I wanted to really know why I should teach in a certain way and how to craft better lessons. I guess I also just love learning about language, teaching and how the brain works. Really I just want to know more about teaching and help people more.

  2. How are you going to do it? Why did you choose this method?

    I’m doing a modular distance Delta, which means I’m taking each module on it’s own when I want, fitting them in as I can. This was largely a practical decision tying in with the financial help that I could get from my school, but also because of difficulties in finding a local tutor for module two. I am probably going to have to do module two intensively at a local centre because of that.
    Also I’m interested in taking a closer look at how the distance delta does the distance learning aspect of the Delta so our school can hopefully steal some ideas too 🙂

  3. How much do you feel you know about the course before you start?

    I feel I know quite a lot about the course thanks to ELTChat and the recent “How to survive the Delta” discussion (and the previous “what has the delta ever done for us” one). I’ve also spent the last few months just asking people who had done the course lots of questions. At the same time I don’t know anyone who has done it the way I am about to, so I’m still unsure how it will go!

  4. How have you prepared for the Delta?

    I’ve been asking a lot of questions, blogging for professional development and getting my note-taking system in order. At the same time we’ve been really busy here at work recently (and I’ve been finishing off a few projects that I want to get done before the start of the Delta) so perhaps erratically would be the best adverb 🙂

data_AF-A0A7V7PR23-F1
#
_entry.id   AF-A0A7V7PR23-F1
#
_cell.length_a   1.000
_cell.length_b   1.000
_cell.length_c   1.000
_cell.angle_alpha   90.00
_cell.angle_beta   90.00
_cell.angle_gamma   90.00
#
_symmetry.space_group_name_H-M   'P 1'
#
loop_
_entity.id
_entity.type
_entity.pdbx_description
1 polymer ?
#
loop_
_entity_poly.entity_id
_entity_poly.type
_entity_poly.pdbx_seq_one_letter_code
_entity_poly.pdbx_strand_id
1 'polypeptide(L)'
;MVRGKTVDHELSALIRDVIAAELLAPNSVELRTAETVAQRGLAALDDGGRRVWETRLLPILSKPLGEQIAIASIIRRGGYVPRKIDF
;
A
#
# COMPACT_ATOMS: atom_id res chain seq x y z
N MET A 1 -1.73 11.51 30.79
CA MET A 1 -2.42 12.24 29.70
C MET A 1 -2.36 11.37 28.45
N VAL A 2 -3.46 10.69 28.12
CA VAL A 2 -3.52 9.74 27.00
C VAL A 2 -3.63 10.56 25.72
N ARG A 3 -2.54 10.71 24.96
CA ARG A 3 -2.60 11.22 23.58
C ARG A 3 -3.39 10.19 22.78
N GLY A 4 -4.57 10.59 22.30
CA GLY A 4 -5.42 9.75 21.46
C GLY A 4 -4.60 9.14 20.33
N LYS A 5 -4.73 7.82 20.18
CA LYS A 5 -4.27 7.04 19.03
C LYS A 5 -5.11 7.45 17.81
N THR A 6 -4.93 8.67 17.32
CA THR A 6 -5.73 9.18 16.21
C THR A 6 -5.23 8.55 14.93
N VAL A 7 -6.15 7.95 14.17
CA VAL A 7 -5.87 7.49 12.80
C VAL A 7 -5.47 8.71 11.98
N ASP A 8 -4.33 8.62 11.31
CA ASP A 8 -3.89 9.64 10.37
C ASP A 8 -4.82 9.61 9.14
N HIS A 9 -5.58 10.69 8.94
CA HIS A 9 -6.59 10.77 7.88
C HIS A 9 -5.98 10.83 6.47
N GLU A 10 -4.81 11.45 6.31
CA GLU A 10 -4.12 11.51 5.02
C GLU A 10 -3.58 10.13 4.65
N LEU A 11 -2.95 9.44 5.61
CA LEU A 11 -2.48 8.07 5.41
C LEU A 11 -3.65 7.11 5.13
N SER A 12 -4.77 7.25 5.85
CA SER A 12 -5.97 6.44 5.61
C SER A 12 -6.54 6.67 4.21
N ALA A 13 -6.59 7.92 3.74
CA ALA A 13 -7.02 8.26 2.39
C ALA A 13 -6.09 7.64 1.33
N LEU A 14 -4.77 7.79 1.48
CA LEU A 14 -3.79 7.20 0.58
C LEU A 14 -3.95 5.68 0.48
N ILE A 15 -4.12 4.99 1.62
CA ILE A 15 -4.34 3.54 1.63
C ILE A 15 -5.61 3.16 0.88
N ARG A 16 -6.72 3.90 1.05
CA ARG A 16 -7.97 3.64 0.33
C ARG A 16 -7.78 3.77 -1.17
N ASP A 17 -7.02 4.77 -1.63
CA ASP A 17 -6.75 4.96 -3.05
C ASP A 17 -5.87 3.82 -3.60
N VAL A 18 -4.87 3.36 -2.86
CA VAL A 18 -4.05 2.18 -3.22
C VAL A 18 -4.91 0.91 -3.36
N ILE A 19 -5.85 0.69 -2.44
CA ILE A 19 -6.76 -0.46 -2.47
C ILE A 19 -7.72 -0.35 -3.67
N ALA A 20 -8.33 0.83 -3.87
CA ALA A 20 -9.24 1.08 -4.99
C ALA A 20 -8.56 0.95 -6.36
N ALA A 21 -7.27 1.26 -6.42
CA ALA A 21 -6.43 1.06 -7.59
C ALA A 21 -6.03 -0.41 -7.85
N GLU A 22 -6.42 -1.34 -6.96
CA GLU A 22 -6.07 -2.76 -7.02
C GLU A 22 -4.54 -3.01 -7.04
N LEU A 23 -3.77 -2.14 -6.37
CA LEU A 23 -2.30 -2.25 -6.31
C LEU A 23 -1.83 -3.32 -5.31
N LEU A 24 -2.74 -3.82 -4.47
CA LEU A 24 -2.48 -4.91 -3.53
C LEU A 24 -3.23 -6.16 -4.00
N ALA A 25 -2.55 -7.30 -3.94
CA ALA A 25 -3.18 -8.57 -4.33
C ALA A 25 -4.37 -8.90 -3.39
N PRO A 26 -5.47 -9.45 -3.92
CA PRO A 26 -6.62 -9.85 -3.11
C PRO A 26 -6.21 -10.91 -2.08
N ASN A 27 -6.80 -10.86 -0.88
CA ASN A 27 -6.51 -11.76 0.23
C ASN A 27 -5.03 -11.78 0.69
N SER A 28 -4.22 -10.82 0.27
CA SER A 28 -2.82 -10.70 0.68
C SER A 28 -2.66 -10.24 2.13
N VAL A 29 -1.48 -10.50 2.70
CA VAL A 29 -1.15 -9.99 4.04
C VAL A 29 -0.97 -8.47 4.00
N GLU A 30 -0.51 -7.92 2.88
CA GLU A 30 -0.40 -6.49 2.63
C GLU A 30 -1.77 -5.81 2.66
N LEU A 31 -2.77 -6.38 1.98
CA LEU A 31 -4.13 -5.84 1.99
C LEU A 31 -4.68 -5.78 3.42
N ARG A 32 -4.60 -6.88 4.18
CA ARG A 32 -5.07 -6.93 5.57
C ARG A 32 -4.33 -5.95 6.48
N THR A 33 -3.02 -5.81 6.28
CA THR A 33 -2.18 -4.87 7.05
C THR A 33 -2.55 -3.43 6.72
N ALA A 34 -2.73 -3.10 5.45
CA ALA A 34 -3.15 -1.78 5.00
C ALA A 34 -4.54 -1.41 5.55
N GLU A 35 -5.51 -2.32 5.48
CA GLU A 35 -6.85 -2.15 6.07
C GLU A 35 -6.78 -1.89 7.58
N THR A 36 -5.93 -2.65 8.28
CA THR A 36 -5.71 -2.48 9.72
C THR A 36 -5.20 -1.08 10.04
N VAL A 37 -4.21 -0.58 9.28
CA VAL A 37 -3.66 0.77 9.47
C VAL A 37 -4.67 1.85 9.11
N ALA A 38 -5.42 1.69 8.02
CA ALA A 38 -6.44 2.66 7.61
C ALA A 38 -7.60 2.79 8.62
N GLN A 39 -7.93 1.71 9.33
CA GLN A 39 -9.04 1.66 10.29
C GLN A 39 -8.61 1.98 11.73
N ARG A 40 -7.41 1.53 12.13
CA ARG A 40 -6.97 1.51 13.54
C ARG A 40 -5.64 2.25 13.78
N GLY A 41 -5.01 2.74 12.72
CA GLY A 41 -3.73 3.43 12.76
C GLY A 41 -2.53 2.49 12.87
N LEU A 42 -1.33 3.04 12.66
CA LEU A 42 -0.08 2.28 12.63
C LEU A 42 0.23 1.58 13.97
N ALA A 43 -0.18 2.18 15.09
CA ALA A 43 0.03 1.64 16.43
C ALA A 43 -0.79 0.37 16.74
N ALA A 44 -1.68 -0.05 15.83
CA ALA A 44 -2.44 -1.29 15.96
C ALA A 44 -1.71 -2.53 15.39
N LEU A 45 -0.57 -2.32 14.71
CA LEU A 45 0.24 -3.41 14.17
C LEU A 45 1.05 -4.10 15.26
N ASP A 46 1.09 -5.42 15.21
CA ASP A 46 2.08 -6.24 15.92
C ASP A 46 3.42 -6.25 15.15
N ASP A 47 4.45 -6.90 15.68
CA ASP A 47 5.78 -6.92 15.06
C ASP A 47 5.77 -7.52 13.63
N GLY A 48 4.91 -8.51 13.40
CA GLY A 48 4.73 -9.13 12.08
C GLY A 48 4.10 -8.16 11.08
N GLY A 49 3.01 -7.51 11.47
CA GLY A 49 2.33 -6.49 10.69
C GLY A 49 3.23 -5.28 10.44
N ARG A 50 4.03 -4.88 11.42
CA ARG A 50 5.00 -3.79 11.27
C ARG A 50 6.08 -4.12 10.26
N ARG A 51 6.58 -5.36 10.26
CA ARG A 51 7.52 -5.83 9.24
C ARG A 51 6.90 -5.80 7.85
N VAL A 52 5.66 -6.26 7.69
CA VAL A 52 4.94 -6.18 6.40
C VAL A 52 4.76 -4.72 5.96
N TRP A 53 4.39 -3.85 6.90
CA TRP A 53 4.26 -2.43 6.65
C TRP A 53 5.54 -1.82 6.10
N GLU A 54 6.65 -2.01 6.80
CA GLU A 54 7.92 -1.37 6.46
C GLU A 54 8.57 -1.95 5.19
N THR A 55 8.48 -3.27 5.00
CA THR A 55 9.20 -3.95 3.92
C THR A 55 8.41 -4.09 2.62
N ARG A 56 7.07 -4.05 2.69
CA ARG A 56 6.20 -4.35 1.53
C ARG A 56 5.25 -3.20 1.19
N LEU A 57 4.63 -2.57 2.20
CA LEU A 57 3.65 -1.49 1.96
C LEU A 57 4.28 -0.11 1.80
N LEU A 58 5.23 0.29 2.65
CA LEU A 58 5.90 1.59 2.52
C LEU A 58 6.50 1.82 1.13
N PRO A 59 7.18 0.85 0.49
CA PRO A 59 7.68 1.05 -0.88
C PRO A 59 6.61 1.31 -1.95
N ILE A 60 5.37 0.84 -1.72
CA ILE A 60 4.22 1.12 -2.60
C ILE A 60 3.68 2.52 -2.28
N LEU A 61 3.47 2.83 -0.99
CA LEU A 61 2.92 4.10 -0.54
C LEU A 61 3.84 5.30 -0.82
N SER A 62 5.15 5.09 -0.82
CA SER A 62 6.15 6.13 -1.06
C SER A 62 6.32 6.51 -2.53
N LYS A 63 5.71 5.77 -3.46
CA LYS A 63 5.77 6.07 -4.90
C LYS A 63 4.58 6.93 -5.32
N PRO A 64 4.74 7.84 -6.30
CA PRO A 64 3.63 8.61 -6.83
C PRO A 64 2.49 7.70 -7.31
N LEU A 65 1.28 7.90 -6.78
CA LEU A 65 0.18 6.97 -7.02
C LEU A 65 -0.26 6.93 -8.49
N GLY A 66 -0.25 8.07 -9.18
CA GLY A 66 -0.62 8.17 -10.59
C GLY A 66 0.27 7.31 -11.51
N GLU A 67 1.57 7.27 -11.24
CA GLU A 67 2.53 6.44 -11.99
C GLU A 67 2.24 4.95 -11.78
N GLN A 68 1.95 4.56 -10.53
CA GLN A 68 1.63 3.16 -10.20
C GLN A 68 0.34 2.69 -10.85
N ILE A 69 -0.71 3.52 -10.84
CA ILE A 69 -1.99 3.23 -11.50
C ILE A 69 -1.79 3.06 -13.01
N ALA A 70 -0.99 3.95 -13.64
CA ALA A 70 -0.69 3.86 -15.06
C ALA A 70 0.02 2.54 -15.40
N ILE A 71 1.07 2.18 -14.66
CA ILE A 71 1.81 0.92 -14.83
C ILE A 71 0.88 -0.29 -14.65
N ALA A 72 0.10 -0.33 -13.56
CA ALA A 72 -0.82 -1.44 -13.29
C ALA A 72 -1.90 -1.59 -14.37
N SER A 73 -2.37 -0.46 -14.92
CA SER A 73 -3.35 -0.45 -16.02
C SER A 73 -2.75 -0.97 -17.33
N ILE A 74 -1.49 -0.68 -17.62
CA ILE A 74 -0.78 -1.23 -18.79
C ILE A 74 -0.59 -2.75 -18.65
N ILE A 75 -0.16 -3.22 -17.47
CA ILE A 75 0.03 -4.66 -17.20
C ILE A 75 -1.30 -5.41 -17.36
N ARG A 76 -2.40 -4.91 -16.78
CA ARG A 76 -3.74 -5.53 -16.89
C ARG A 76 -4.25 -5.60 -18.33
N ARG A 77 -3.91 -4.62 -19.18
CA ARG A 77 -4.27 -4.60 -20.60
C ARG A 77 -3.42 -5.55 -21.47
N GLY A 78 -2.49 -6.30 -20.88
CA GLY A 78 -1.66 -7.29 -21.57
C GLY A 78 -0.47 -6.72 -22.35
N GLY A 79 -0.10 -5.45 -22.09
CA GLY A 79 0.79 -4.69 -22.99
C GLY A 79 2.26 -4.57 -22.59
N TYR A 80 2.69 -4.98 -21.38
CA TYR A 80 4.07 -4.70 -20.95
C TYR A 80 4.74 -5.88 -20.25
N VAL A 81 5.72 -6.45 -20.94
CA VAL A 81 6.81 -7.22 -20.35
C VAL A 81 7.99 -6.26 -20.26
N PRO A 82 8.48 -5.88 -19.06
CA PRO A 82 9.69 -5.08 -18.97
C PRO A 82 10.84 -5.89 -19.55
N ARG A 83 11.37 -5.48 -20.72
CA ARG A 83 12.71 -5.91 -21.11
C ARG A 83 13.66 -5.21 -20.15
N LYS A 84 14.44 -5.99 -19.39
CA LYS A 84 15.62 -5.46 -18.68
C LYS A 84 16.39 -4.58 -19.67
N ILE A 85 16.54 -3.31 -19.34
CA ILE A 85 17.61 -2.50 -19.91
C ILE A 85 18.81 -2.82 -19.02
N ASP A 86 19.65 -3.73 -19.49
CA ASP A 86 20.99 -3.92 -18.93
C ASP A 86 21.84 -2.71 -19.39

5. What do you think will be the most useful part of the course?

    I am really looking forward to all of it, to be honest, and I am sure it will all be useful. I can’t wait to up my game in both knowledge of terminology and methodology, conducting a research project and lesson observations. In all honesty the lesson observations and classroom practice probably scares me the most and so is probably the part that will be most useful for me.

  6. What will be the most difficult part?

    I think it’s connected to the point above, class observations. I am quite clumsy and forgetful at the best of times but with stress I know I can slip up more and take longer to recover.

  7. Anything else?

    I guess thanks to everyone who has helped with their advice and recommendation in relation to the DELTA. I hope you don’t mind me asking a few more questions over the coming months!

I’m looking forward to following Chris’ blog over the next few months, and even more, to the end of my own Delta on June 5th! This post is, in fact, procrastination, as I’m supposed to be getting ready for the third of my four observed lessons. Hope you found it interesting!

Chris' new friend?

Photo taken from http://flickr.com/eltpics by @senicko, used under a CC Attribution Non-Commercial license, http://creativecommons.org/licenses/by-nc/3.0/